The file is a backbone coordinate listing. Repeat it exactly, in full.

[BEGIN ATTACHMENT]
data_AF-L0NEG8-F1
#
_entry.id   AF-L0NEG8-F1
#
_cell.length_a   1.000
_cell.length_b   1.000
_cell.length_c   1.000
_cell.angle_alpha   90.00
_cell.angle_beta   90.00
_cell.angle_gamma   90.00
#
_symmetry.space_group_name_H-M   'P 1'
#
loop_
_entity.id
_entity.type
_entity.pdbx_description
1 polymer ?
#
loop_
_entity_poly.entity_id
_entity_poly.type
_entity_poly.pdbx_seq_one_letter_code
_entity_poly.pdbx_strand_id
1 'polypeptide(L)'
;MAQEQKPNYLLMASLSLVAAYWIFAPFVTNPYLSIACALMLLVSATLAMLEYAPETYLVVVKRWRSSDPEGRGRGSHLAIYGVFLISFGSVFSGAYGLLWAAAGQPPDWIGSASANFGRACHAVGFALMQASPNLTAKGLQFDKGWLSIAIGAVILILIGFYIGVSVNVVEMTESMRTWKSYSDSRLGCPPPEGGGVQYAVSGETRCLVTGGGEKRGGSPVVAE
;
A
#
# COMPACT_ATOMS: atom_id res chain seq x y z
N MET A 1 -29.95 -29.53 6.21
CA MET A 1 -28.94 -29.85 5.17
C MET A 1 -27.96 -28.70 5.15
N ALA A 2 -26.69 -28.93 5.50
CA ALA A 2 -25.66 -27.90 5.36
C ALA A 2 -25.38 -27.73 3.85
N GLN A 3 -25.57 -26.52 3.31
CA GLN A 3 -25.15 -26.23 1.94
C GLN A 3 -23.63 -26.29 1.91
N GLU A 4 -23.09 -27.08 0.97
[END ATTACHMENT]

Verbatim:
data_AF-L0NEG8-F1
#
_entry.id   AF-L0NEG8-F1
#
_cell.length_a   1.000
_cell.length_b   1.000
_cell.length_c   1.000
_cell.angle_alpha   90.00
_cell.angle_beta   90.00
_cell.angle_gamma   90.00
#
_symmetry.space_group_name_H-M   'P 1'
#
loop_
_entity.id
_entity.type
_entity.pdbx_description
1 polymer ?
#
loop_
_entity_poly.entity_id
_entity_poly.type
_entity_poly.pdbx_seq_one_letter_code
_entity_poly.pdbx_strand_id
1 'polypeptide(L)'
;MAQEQKPNYLLMASLSLVAAYWIFAPFVTNPYLSIACALMLLVSATLAMLEYAPETYLVVVKRWRSSDPEGRGRGSHLAIYGVFLISFGSVFSGAYGLLWAAAGQPPDWIGSASANFGRACHAVGFALMQASPNLTAKGLQFDKGWLSIAIGAVILILIGFYIGVSVNVVEMTESMRTWKSYSDSRLGCPPPEGGGVQYAVSGETRCLVTGGGEKRGGSPVVAE
;
A
#
# COMPACT_ATOMS: atom_id res chain seq x y z
N MET A 1 -29.95 -29.53 6.21
CA MET A 1 -28.94 -29.85 5.17
C MET A 1 -27.96 -28.70 5.15
N ALA A 2 -26.69 -28.93 5.50
CA ALA A 2 -25.66 -27.90 5.36
C ALA A 2 -25.38 -27.73 3.85
N GLN A 3 -25.57 -26.52 3.31
CA GLN A 3 -25.15 -26.23 1.94
C GLN A 3 -23.63 -26.29 1.91
N GLU A 4 -23.09 -27.08 0.97